What To Do When You (or a client) Gets Offended

Probably about once a week somebody leaves the Coach The Life Coach Facebook group because they take offense at something somebody else said – usually me.

That’s happened three time this last week.

1. I Feel Attacked

In the first instance a woman asked for advice about which career path to take.

I responded that I didn’t think it was wise asking complete strangers for such advice.

That she needed to figure that out herself taking her values into consideration.

Or even hire a professional career coach who could really drill down and get to know her.

She then went off on one saying she had made herself vulnerable and I should respect that and not attack her.

And before I had chance to explain futher she deleted the thread and left the group.

2. I Don’t Feel Valued

After I asked people what they would do if they had $5k to invest in the business a lady replied that she’d spend it on doing free workshops to help as many people as possible.

A noble and kind gesture I think we can all agree.

However, it confused one coach who said that she could do that anyway as there are plenty of free, or almost free, community rooms where she could offer workshops.

That wasn’t appreciated at all.

In fact she was pissed.

At the end of her response she said this ‘Thanks for letting me know how much my response to this group is valued’.

That was weird, presuming that one question from a group of over 2,000 coaches was in any way reflective of what the group as a whole thought of her.

3. I Feel Offended

The third person to make a dramatic exit did so because I mocked somebody’s attempt to sell to me on LinkedIn with a spammy email that no doubt went to thousands of other people.

I found the message the guy sent me amusing because the grammar was so bad. I mean really bad for anybody who speaks English as a native language.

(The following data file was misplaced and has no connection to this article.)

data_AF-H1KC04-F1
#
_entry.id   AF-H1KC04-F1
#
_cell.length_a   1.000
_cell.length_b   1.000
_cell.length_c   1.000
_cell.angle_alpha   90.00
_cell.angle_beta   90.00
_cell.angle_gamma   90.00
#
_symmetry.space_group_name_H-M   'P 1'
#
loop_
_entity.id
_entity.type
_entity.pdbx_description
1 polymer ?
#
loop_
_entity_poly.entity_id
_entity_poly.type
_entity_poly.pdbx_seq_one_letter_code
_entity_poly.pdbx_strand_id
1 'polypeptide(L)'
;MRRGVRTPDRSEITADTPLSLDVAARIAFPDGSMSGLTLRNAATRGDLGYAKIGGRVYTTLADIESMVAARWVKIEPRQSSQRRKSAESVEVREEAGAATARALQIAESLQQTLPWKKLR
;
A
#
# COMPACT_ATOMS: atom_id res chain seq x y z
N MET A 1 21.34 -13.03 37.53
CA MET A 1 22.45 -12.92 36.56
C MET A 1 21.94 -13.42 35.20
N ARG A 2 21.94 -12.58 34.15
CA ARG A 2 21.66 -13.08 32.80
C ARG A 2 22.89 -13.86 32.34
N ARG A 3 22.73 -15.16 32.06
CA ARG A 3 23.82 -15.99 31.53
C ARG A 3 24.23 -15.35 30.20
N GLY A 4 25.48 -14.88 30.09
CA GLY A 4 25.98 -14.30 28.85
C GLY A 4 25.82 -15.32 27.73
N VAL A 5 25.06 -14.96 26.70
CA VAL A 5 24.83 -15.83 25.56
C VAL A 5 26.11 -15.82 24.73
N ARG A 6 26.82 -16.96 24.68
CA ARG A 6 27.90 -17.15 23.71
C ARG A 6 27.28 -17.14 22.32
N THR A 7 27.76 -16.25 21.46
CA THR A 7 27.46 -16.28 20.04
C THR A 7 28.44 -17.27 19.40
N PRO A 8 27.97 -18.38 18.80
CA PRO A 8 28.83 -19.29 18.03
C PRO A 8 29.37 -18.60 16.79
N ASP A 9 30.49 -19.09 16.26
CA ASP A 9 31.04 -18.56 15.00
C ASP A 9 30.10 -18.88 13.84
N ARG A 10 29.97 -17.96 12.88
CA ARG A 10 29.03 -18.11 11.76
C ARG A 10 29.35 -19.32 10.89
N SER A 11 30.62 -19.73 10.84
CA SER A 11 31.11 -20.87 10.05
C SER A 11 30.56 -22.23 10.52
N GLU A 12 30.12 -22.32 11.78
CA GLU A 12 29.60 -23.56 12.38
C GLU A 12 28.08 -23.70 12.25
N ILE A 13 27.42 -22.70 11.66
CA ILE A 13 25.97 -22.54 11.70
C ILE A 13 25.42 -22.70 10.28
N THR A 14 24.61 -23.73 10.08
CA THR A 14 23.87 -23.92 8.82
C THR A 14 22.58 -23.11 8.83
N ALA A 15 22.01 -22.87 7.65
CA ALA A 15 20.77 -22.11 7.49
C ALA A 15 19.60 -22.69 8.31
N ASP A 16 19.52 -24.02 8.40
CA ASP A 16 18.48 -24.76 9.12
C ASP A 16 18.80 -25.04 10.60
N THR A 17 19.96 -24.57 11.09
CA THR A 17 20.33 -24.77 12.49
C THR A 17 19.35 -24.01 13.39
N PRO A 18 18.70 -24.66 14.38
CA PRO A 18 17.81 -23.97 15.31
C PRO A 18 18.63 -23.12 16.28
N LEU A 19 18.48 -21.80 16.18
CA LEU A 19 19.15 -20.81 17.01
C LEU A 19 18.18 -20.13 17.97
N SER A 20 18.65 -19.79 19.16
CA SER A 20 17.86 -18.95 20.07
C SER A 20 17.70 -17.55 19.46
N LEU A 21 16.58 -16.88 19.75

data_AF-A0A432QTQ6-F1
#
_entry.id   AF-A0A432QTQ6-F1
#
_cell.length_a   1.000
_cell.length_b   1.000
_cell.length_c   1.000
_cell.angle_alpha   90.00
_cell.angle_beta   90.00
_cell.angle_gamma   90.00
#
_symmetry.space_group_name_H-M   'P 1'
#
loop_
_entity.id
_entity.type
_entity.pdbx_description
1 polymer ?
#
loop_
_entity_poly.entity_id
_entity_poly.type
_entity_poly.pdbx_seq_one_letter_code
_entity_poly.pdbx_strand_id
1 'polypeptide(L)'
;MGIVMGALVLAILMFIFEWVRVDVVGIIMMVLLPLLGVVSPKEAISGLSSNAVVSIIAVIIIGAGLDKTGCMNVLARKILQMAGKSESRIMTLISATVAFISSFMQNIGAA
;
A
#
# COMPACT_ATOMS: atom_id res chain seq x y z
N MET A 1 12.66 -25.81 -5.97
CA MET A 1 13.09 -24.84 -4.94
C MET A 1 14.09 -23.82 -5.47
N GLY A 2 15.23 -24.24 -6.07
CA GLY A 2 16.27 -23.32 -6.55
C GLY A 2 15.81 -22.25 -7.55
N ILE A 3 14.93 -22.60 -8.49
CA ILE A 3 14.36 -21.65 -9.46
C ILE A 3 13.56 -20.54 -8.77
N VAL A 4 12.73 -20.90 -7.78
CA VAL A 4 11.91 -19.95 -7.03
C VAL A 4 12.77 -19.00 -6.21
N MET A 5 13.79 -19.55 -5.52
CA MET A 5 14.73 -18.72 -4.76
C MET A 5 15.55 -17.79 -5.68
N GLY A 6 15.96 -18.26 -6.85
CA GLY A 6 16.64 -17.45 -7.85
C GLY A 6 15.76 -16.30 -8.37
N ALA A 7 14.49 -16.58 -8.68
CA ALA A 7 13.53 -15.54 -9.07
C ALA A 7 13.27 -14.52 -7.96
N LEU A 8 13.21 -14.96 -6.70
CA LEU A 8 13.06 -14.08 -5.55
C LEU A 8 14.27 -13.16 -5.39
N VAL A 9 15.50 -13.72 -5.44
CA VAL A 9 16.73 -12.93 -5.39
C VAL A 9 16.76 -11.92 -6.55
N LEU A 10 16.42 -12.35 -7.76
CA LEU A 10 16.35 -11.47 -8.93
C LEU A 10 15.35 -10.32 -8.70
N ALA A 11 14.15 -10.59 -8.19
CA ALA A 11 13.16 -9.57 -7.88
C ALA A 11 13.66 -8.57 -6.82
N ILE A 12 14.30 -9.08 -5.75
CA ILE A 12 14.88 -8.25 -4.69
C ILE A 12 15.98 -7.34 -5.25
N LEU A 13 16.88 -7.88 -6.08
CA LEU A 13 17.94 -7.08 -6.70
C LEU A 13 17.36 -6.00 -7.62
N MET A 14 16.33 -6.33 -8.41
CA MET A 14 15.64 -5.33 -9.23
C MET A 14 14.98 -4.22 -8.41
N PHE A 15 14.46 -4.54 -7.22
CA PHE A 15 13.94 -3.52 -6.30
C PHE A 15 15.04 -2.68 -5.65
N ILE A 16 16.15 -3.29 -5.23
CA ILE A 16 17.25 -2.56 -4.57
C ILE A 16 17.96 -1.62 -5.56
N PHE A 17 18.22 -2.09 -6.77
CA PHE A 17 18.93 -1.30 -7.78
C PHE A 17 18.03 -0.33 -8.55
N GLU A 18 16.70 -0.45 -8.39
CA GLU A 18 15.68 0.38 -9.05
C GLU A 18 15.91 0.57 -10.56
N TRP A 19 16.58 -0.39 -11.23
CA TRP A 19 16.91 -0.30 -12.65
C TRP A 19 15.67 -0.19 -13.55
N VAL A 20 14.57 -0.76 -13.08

It also broke just about every rule in the book when it comes to building relationships and adding value BEFORE you try and sell to somebody.

She thought I lacked compassion and said I should have just deleted the message rather than responding as I did.

Also, she suggested I start coaching the guy via email and was concerned that I used the abbreviation ‘WTF’ in my reply to him because she saw that as swearing.

She went on to say she was frustrated because she found the group useful but didn’t like the fact I mocked somebody else’s work.

Then after a number of people agreed with me so posted this:

If acting like a bully is acceptable to all of you, enjoy your lives… hate breeds hate. Exit stage left!!

I’d like to have asked her if she was being pursued by a bear (Shakespeare joke), but she’d gone.

Shortly after Obama got re-elected I received an email late one Saturday night from a lady on my newsletter list.

I’m an open book when it comes to my political leanings. It can quite reasonably be seen as unwise to talk politics as a coach, but I’m not always wise and I have done….a lot.

It’s almost a branding issue for me and I’m very vocal on social issues and I doubt that will ever change.

It doesn’t mean I don’t work with people who have contrary political opinions, I do regularly, just that I like being transparent.

I can’t remember now what it was I’d said that annoyed her, but I can only presume the lady was not a fan of Obama’s because here’s what she said verbatim:

‘Why don’t you fuck off back to England you Queen loving Limey bastard’